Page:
Modular AdvancedTCA FRU power management architecture
Why take the resource- and time-consuming approach of modifying software across FRUs when all FRUs implement PICMG 3.0 specified platform management functionality in IPMC software?
Managing payload power supplies by addressing such tasks as sequencing and supervision in an AdvancedTCA Field Replaceable Unit (FRU) is quite demanding. Traditional single function power management ICs cannot address the requirements, so designers offload some of the payload power management functions to the onboard Intelligent Platform Management Controller (IPMC) microcontroller. The outcome of this approach is a non-modular design that requires firmware designers and hardware designers to work more closely together. This approach also results in more delays due to additional regression testing requirements. Shyam examines AdvancedTCA FRU payload power management design challenges and proposes a circuit design that successfully addresses those challenges. While the proposed design is modular, it can also be used as a standard solution across multiple AdvancedTCA FRU designs.
An AdvancedTCA-compliant system consists of one or more subracks with multiple hot-swappable line cards. A line card compliant with the AdvancedTCA standard (an FRU) must implement a basic set of management functions for its power feed, cooling, and interconnection requirements, among others. The IPMC handles these management functions.
PICMG 3.0 specifies the implementation of a hierarchical management architecture in which a shelf manager communicates with the on-FRU IPMCs in that shelf through the Intelligent Platform Management Bus, or IPMB. When the FRU is plugged into the backplane, and before turning its payload on (payload refers to the application-specific function implemented in a FRU), the onboard IPMC sends the FRU card details to the shelf manager. The shelf manager then instructs the IPMC to turn the payload on. If a wrong card is plugged into the backplane, the shelf manager instructs the IPMC not to turn on the payload, protecting other FRUs in the shelf. All FRUs should implement the basic management architecture per the PICMG 3.0 specification in order to be AdvancedTCA-compliant.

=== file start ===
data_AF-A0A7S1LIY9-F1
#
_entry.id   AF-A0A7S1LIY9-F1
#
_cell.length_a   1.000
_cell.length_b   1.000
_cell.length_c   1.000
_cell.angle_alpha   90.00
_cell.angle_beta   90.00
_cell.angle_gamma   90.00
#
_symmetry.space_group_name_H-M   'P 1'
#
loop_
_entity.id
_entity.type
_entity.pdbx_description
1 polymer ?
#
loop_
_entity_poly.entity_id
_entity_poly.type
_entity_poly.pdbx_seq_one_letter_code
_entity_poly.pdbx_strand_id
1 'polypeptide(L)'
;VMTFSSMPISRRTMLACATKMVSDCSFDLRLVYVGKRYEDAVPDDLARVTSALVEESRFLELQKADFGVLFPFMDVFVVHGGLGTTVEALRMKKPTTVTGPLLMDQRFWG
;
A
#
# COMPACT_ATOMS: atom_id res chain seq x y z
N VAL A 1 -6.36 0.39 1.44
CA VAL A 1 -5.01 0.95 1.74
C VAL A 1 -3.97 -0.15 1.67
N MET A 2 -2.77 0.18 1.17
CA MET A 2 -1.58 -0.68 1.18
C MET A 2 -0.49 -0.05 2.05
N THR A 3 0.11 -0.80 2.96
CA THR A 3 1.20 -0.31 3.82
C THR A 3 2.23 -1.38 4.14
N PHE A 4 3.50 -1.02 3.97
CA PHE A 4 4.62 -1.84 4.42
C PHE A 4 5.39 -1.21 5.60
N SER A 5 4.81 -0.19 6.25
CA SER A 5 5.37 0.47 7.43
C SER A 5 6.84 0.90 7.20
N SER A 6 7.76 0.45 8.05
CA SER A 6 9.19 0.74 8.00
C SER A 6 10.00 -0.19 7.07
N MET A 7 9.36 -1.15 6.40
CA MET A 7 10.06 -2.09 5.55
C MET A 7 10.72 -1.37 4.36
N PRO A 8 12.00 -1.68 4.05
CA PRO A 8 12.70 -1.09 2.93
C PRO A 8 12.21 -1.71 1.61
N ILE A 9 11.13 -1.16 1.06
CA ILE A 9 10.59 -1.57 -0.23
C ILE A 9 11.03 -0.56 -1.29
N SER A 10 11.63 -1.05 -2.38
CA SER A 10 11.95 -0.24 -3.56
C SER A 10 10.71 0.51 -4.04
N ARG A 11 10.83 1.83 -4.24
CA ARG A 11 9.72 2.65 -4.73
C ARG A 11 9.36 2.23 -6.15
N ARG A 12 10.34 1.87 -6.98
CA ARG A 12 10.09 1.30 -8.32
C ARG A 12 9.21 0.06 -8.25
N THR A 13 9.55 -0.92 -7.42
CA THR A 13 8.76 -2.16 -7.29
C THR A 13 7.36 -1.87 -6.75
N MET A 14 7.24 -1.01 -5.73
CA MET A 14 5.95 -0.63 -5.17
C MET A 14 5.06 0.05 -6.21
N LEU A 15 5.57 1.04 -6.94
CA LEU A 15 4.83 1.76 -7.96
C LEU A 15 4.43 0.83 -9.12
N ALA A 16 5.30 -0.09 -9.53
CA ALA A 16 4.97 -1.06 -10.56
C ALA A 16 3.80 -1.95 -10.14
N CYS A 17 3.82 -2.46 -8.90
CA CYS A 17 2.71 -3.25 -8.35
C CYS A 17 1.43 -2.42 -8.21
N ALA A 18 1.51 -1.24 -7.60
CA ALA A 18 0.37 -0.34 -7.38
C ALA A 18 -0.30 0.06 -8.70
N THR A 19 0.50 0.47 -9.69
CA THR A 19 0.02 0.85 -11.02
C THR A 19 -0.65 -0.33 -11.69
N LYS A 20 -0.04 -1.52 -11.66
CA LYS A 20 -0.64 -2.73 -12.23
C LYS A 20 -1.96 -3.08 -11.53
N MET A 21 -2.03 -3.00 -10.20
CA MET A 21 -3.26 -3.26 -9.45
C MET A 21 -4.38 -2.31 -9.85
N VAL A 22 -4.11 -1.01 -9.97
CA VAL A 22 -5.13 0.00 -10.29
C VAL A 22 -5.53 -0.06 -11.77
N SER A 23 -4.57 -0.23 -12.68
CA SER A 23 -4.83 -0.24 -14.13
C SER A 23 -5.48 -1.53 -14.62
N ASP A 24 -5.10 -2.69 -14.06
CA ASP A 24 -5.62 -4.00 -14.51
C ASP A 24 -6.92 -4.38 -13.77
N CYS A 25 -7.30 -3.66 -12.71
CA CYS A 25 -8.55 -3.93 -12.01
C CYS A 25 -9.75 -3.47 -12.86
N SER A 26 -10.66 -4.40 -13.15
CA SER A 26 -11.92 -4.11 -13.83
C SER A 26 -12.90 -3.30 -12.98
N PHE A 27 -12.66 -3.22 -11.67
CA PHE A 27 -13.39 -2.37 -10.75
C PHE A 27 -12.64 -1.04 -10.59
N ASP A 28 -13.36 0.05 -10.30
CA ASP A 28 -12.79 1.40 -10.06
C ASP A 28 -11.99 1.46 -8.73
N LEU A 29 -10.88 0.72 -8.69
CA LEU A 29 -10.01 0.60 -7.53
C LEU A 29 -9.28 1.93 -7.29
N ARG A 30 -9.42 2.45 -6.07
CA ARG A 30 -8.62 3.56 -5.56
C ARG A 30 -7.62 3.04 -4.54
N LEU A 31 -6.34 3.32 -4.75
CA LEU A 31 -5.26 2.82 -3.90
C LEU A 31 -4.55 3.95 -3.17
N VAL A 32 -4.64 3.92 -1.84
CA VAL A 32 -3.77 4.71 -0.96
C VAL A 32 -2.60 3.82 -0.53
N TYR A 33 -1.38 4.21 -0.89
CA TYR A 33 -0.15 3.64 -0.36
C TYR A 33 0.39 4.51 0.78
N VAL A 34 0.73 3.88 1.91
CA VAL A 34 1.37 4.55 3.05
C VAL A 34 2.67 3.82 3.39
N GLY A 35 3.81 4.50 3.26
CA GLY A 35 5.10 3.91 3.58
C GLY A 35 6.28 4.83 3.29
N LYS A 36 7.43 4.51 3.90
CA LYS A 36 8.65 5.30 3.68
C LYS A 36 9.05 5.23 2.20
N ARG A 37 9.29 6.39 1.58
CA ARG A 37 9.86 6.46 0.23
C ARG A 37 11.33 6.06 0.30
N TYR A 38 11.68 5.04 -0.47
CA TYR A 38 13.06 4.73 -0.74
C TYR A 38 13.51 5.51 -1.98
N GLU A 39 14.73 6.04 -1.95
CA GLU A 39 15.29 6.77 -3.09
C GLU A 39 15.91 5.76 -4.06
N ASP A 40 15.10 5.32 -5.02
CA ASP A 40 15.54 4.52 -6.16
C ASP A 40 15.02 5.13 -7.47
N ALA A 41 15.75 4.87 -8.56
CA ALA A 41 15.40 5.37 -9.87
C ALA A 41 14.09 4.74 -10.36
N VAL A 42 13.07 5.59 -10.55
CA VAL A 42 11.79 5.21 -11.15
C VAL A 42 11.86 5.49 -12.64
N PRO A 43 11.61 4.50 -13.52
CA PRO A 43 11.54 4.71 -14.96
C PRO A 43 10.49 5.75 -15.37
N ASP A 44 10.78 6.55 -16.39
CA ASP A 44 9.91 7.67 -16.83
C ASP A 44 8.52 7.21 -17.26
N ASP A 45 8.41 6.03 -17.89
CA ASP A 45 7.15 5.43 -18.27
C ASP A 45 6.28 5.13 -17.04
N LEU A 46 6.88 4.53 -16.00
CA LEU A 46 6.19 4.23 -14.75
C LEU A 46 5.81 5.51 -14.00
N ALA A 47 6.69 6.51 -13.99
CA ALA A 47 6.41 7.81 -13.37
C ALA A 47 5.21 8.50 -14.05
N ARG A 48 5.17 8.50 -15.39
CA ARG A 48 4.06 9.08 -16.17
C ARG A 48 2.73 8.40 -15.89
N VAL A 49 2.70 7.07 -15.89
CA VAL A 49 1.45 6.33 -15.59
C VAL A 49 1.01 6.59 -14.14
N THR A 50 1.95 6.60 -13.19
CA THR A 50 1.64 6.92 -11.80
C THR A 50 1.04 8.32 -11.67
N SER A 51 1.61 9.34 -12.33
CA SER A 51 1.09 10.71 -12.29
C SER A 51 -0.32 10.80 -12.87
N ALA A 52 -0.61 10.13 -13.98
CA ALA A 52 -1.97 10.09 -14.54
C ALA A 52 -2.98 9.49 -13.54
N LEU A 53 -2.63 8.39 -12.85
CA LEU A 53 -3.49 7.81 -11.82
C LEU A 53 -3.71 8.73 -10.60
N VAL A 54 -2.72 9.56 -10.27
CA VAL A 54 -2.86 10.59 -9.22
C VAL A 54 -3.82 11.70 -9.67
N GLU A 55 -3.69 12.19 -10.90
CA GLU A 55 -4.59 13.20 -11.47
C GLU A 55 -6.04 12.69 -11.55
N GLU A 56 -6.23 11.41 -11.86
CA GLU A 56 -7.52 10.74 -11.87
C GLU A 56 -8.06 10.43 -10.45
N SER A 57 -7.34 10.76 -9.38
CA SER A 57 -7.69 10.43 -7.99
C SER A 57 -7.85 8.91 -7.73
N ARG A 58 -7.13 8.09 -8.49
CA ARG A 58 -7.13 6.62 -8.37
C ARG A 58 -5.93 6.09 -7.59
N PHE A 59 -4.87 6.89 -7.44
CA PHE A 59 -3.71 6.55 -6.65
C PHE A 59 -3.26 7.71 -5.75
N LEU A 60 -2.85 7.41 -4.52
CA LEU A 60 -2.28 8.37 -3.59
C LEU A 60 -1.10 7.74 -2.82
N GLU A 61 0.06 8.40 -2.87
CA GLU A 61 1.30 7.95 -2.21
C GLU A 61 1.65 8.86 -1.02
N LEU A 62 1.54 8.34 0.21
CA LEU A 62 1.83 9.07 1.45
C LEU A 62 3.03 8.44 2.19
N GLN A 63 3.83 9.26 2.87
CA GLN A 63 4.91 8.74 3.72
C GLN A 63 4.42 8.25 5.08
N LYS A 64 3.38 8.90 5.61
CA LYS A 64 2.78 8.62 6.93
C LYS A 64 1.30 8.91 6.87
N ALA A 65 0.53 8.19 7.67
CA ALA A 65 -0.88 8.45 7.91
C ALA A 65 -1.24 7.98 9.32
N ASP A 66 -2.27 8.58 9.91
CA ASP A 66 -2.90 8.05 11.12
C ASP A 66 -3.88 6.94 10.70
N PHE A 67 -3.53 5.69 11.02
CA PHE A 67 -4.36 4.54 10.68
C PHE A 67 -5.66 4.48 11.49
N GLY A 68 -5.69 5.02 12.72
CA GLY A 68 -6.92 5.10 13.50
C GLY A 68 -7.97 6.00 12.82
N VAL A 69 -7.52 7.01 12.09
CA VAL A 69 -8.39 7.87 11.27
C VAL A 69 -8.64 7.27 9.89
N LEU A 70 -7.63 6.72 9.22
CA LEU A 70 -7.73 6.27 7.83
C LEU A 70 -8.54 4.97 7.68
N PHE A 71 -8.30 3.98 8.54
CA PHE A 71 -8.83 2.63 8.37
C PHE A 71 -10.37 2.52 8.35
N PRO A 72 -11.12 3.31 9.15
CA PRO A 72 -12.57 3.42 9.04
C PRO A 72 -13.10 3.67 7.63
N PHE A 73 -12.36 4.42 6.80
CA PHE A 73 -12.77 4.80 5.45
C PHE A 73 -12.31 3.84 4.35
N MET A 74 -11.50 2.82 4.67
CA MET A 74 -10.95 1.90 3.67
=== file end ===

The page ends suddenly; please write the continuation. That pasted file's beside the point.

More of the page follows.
Most FRUs have two connectors, Zone 1 and Zone 2. The Zone 1 connector provides the -48 V power supply for the FRU. The Zone 2 connector is used for inter-FRU payload communication. The Zone 1 connector also supplies the connection to the IPMB, which is based on the I2C bus specification.
The -48 V power supply from the backplane is used to generate the main payload power supply voltage (usually 12 V) through an isolated DC-DC converter. This 12 V supply bus is used to generate all payload-specific supply voltages on the circuit board. The 12 V supply is also used to power the IPMC through the management supply.
The PICMG 3.0 standard specifies the functionality of the hot swap controller and the IPMC. However operation of the payload Power Management Controller or payload DC-DC converter depends on the actual payload circuitry, and these are not covered by the specification.
Hot swap controller
The -48 V from the Zone 1 connector powers an isolated DC-DC converter shown as "-48 V isolated DC-DC" through a series pass FET. The hot swap controller, which controls the series pass FET, limits the inrush current when the FRU is plugged into the shelf backplane. After the current inrush event, the hot swap controller turns the -48 V power feed on fully to the isolated DC-DC converter by turning the FET on. The isolated DC-DC converter generates 12 V and 3.3 V for the payload and for the management control circuitry, respectively. The AdvancedTCA standard specifies almost all functions of the hot swap controller.
Intelligent Platform Management Controller
The IPMC is a microcontroller used to control the power to the board payload and manage the board‚Äôs interconnect needs and cooling requirements. When the FRU is plugged into the backplane, the IPMC first communicates with the shelf manager. Depending on the shelf manager‚Äôs instructions, the IPMC controls the power feed to the payload through the payload Power Management Controller. Additionally, the shelf manager can also determine whether to reset the FRU main processor (CPU), using either Cold Reset or Warm Reset. The IPMC also measures various power supply voltages, currents, and temperature and logs them into a central repository, the Sensor Data Record (SDR). The communication protocol between the IPMC and the shelf manager (instruction handling, data structures, state machines, and SDR) is specified fully by the AdvancedTCA standard and is common to all the AdvancedTCA FRU implementations independent of the payload functionality.
Payload Power Management Controller and payload DC-DC converters
The number of power supply voltages generated in an FRU is determined by the payload circuitry. These payload power supplies should be turned on/off in a sequence determined by the payload ICs. To ensure reliable operation, all payload power supply voltages and currents should be monitored for faults. In the case of a fault, a supervisory signal should alert the onboard CPU and have the IPMC record supply faults. In extreme cases, the supply for the payload should be shut off to prevent damage to the board.